Philip Gwyther Atherton- 9 February 1931 – 3 September 2017

It is with deep sadness that we have learned on 3 September that Philip Gwyther Antherton had passed away.

Philip was born in Toowoomba and lived there with his parents and three older siblings for 5 years before moving to Brisbane. He was identified as a gifted student at an early age and earned a  scholarship to the Church of England Grammar School on the back of excellent primary school results. After completing high school, Philip attended the University of Queensland and obtained a Bachelor of Engineering degree with Honours and after that, a Post-Graduate Diploma in Sugar Technology. Through a friend at university, he met, fell in love with and eventually married Lynelle in 1954 and this love withstood the test of time and the raising of three children.

After completing his time at university, he began a career of nearly 40 years in sugar technology and research. His industry career began in Mackay at the Sugar Research Institute where he spent just one year before a move to Australian Estates. Here he obtained considerable practical engineering experience across the following 10 years working as a research and development engineer at the Pleystowe and Kalamia Mills. Philip then took a post as a Senior Mill Technologist at the Bundaberg research station of the Bureau of Sugar Experiment Stations where he was to spend the next 31 years of his professional career. During this time, he was promoted to the role of Chief Mill Technologist and focused strongly on promoting engineering and chemical research and advising sugar mills and other industry organisations.

In 1993, he was seconded to the Queensland Sugar Corporation and was appointed Manager Cane and Sugar with the task to set up a new cane payment system. Philip retired in 1996 but continued to consult to the Fijian and Thai sugar industries until 2011, when he finally fully retired at the age of eighty. During this period of his life, he became the founding Chairman of the Board of the Sugar Research Institute of Fiji during 2006-2010.

Philip was a prolific writer of scientific papers and presented many of these at conferences in Australia and overseas. His keen scientific brain enjoyed defending and challenging hypotheses, findings and recommendations and many found out that he was equally forward at challenging the work of others.

His career has made a large contribution to engineering and the sugar industry. Importantly, his work led to change which is probably the highest praise that any scientist or engineer can receive. His ability to recall facts and his memory for detail were second to none.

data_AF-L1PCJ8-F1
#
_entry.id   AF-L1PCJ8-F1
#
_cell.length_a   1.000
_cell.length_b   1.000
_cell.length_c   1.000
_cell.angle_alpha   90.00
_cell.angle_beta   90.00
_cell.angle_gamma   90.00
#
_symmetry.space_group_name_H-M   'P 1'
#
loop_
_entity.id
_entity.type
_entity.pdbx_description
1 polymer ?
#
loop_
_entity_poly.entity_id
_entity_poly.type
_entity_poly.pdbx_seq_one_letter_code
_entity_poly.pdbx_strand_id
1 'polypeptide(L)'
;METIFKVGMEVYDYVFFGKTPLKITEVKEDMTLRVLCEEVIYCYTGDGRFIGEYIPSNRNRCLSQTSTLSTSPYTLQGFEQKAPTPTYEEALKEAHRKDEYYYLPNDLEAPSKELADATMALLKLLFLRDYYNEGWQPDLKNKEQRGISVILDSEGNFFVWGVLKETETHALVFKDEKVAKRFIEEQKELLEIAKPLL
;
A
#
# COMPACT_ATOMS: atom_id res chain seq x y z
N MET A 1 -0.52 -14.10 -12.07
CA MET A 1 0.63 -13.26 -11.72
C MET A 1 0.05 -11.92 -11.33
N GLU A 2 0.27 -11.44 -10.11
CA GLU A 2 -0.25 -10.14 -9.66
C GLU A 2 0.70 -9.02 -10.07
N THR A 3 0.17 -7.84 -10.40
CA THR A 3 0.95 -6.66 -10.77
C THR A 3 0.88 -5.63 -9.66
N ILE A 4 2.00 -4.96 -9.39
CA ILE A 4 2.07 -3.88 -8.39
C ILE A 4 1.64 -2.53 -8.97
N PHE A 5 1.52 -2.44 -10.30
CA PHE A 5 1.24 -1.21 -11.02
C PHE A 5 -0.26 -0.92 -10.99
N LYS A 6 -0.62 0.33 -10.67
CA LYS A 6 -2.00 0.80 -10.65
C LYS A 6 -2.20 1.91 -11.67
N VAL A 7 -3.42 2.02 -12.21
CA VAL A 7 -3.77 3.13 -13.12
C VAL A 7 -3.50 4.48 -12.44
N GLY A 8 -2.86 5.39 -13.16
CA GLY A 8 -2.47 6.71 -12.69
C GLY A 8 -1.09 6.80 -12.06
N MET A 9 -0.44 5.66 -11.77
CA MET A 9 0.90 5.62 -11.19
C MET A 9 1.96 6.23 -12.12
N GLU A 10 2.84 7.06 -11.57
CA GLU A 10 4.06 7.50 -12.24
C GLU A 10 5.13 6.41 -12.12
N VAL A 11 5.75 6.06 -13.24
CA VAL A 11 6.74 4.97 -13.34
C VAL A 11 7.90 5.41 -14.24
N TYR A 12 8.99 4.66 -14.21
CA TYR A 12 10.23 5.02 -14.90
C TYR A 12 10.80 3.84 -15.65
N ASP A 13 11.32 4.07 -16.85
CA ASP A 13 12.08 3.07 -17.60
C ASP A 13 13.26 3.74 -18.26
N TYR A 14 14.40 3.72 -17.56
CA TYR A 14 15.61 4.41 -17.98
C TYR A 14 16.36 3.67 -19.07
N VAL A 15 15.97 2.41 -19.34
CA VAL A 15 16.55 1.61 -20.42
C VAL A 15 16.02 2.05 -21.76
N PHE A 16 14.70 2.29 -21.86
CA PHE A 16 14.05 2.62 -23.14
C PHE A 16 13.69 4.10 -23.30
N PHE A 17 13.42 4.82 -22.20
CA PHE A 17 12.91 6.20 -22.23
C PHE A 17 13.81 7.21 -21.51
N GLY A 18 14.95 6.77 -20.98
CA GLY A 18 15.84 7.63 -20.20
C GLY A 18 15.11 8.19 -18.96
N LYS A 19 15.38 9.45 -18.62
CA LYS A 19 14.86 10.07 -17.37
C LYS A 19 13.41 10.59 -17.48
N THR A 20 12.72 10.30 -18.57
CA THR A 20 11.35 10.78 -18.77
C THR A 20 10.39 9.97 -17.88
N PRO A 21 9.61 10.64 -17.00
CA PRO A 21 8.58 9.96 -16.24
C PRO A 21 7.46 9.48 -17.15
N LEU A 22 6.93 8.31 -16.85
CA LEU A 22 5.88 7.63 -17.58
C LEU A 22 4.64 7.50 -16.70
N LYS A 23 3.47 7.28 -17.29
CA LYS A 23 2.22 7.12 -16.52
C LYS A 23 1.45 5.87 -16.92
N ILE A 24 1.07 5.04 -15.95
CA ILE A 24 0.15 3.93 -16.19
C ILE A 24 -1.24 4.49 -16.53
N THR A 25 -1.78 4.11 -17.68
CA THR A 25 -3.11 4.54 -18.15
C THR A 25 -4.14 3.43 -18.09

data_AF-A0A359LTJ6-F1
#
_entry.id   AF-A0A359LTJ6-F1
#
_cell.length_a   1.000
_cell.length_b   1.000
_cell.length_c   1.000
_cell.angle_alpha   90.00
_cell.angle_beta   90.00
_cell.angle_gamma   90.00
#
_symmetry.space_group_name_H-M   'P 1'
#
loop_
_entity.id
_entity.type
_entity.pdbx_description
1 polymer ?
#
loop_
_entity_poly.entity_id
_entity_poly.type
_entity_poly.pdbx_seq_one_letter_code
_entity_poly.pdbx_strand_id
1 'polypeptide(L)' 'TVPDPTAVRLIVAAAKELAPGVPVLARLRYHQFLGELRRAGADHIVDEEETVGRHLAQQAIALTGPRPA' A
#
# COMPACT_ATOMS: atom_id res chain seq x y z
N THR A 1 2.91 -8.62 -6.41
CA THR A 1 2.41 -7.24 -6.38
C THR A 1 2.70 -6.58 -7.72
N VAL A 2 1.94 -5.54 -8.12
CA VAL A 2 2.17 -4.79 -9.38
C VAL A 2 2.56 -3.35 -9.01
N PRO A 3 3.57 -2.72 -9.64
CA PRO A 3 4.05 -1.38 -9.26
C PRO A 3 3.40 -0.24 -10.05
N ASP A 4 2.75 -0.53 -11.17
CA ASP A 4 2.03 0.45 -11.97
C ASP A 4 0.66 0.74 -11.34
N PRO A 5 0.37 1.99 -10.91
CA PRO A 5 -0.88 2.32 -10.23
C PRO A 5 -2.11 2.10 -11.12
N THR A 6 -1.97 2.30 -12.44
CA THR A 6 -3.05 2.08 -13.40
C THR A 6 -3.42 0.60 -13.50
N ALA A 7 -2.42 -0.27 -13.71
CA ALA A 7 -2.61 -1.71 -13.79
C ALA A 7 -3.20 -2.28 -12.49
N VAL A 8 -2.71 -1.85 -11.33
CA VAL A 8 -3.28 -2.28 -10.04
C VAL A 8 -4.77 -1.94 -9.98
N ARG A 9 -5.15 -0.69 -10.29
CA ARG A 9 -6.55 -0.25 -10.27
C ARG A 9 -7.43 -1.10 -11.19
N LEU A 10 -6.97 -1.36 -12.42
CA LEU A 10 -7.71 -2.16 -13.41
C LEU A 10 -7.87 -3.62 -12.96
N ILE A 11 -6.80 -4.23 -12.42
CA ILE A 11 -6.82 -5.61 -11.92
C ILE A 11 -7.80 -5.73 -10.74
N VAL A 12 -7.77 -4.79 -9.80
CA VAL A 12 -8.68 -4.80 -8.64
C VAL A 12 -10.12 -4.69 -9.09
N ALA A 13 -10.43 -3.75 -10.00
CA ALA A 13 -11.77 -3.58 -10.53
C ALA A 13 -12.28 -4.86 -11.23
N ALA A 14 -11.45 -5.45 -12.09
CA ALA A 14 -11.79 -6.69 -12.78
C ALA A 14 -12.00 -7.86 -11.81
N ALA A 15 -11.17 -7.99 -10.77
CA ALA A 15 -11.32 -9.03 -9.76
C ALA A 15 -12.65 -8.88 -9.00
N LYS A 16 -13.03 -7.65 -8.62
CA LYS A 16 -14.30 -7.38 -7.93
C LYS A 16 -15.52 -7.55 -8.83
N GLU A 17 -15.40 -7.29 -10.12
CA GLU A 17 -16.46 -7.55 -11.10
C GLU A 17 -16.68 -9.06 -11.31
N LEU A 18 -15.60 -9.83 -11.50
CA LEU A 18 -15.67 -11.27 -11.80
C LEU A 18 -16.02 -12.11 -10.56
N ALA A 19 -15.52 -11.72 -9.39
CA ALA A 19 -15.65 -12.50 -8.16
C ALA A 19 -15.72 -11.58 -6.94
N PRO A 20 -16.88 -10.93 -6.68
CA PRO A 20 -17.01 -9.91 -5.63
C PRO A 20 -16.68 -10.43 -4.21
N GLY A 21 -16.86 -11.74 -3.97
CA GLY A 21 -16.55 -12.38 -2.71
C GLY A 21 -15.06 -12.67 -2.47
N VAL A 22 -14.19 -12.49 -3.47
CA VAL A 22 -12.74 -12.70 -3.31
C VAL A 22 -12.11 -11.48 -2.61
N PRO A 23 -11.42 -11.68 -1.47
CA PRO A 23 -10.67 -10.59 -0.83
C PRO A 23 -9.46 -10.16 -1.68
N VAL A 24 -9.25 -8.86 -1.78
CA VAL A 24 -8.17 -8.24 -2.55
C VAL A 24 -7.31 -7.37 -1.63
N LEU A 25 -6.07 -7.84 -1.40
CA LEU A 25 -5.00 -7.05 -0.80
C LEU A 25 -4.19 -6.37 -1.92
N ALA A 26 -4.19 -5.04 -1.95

In his spare time, he took a strong interest in local community affairs and proactively tried to improve and showcase the engineering profession. He was a founding member of the Bundaberg Higher Education Committee, which lobbied for the development of a university campus in Bundaberg and it is almost certain that the local engineering school would not be there but for Philip’s foresight, determination and uniquely persuasive manner.

He served as a member and chairman of many committees including but not restricted to the following:

  • TAFE advisory committee,
  • the Institution of Engineers,
  • the Royal Australian Chemical Institute,
  • the Australian Institute of Management and
  • the Australian Society of Sugar Cane Technologists (where he was a past President and Life Member and remained a regular attendee at conferences even up to 20 years after his formal industry retirement).

Outside of science and engineering, he was a member of many choirs and possessed a fine singing voice. But it was his long standing voluntary services to education development that led to him being awarded the Centenary Medal and the Order of Australia Medal in 2005.

Phil was a kind, sociable gentleman, who was knowledgeable and highly principled. He loved trouble shooting and helping others, and was never afraid to speak his mind after due consideration. Many will recall thought provoking chats and intellectually-driven conversations with him. He will be sorely missed by many sugar industry communities.

Phil was a member of ISSCT for many years, especially in 2001 when he attended the XXIV Congress in Australia where he was the co- author of a paper entitled ‘Application of NIR cane analysis technology to small consignments of cane in Fiji’. It was always a pleasure interacting with Phil and he will be missed by his ISSCT colleagues as it will be the case for his ASSCT ones.

On behalf of ISSCT Council and Executive Committee and all the Members, we would like to convey to Phil’s family our deepest sympathy and to assure them of our thoughts and prayers during this period of grief. May the Lord provide them with his peace during these difficult times.

Information provided by Dr. Michael O’Shea, General Manager, Research Funding Unit, Sugar Research Australia